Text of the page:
“Battle damage,” answered the Labrador. “We were outgunned and our captain was an idiot. He tried to attack another ship that had just made a raid on a Siilv carrier. We were left for dead after the broadsides we got for our trouble.”
“How did you survive?” Argus asked. He'd never before heard the details of Errol's story and was intrigued.
“How did you get this heap back on land?” Thorne added.
The engineer looked up at the green ship and nodded. “Out of a crew of twenty-three, ten of us were still alive when the Basilisk left us in ruin.” Aramis tilted his head; the name of the other ship sounded familiar, but no associated memory surfaced to claim it. “The ten of us patched up the systems enough to limp back to Brandt,” the Lab continued, “but seven died from severe radiation exposure within a week of landing. Only three of us survived with no ill effects, though we were never sure why.”
“I suppose the remaining three of you have been repairing this ship of yours since you got back,” Thorne remarked, “and you think it's ready to fly again?”
Colfax nodded and glanced at the parts-laden workbenches. “Mostly,” he admitted. “There are a few secondary parts I am still struggling with, but the primary systems are in working order. I believe it is almost ready enough to launch, but without a full crew to operate it, here it sits. I can't test fly it by myself.”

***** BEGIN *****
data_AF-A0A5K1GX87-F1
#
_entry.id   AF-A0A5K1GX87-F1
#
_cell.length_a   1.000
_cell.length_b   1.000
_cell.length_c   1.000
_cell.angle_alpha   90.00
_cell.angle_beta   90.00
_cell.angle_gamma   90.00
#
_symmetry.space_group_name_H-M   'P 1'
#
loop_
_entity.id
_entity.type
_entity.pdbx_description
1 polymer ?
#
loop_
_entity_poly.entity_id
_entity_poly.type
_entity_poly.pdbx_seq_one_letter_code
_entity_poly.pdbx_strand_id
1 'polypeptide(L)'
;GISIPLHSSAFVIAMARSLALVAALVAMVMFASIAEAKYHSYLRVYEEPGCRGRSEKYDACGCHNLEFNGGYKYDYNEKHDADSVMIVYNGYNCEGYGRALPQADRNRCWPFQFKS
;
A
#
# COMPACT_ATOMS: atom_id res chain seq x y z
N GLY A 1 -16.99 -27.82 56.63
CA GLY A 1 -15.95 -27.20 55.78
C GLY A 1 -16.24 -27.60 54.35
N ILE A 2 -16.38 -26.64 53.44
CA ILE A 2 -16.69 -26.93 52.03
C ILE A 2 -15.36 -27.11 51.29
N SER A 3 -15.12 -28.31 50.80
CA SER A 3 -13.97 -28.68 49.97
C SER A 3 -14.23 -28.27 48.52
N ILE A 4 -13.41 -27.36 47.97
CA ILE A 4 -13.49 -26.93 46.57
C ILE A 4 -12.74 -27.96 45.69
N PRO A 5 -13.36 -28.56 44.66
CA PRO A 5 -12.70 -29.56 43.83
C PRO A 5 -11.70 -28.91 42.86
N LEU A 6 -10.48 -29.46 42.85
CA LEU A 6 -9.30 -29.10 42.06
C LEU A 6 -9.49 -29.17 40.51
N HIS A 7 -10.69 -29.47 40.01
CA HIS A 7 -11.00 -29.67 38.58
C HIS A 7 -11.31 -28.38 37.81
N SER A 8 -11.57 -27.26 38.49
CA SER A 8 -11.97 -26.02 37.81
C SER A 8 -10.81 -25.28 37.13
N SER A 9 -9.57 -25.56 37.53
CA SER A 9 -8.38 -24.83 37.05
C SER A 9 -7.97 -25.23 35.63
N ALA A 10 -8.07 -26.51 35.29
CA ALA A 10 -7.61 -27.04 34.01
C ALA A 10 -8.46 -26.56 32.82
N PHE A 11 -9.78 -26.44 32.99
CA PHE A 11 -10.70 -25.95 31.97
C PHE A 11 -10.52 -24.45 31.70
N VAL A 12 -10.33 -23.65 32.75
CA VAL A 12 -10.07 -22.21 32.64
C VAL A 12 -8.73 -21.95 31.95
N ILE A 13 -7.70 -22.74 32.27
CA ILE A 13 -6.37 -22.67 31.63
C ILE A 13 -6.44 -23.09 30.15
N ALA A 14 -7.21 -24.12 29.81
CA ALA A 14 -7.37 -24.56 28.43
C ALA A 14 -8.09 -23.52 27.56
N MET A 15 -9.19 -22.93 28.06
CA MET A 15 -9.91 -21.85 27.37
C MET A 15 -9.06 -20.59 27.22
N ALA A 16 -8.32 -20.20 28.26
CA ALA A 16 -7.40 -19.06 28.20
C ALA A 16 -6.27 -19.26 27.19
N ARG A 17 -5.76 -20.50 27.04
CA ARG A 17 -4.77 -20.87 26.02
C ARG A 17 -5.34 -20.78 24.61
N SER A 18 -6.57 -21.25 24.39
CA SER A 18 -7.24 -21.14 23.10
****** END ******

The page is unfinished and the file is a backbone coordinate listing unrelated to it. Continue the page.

Thorne glanced over at Argus and thumbed the safety on his pistol as he returned it to its holster. “How many times have you flown in this heap?” he asked.
“Me?” the fox replied, taken aback. “I never have been up in it. I've been helping Errol with repairs on the water propulsion engines only for the past two months.”
Thorne looked puzzled and then turned to Miklos. “You?”
The terrier shook his head. “Nope, I've never been up in it either. Like Argus, I've been helping Errol from time to time — mostly on the navigation equipment. You can say we're just paying off some old debts with him.”
Aramis looked back at Colfax with a tilt of his head. “I thought these two were your crewmates — the ones who survived with you. Where are the others?”
“Dead,” replied the Labrador. “One died last year in a barroom brawl, and the other signed up for a ship that was later destroyed in a firefight with the SPF. I'm the only remaining survivor of Captain Morrenbrook's crew because I've kept my head down.”
“The radiation doesn't appear to have hurt you. How is your health?”
Colfax smiled, the first time since the trio had arrived. “Never better, Captain. I take pride in keeping myself fit.”
“How many other helpers do you have with this little hobby of yours?”
“Three others,” Colfax said, “all mechanics. Castelrosso has an excess of them, it seems.”
Thorne nodded and then walked over to one of the workbenches. He picked up a scorched power transfer box and examined it closely. It was an antiquated piece of equipment that looked as it if had been in service for decades.
“Just how old is this ship?” he asked when Colfax and the others took up sides around the table.
“Well,” the Lab replied as he rubbed the bottom of his chin with a hand, “the Finsternis was originally part of the first line of Fynian Altus-class cruisers after the prototype. That would make her close to fifty years old.”
“Fifty!” Thorne retorted as he held up the relay box. “How do you get the parts you need for something like this?”
“We trade for them,” Argus replied, “usually by providing labor for someone else.”
“Either that or we steal them from the rare Altus ships that happen to land at the spaceport,” Mik added. “This vessel has three separate engine systems, so we need…”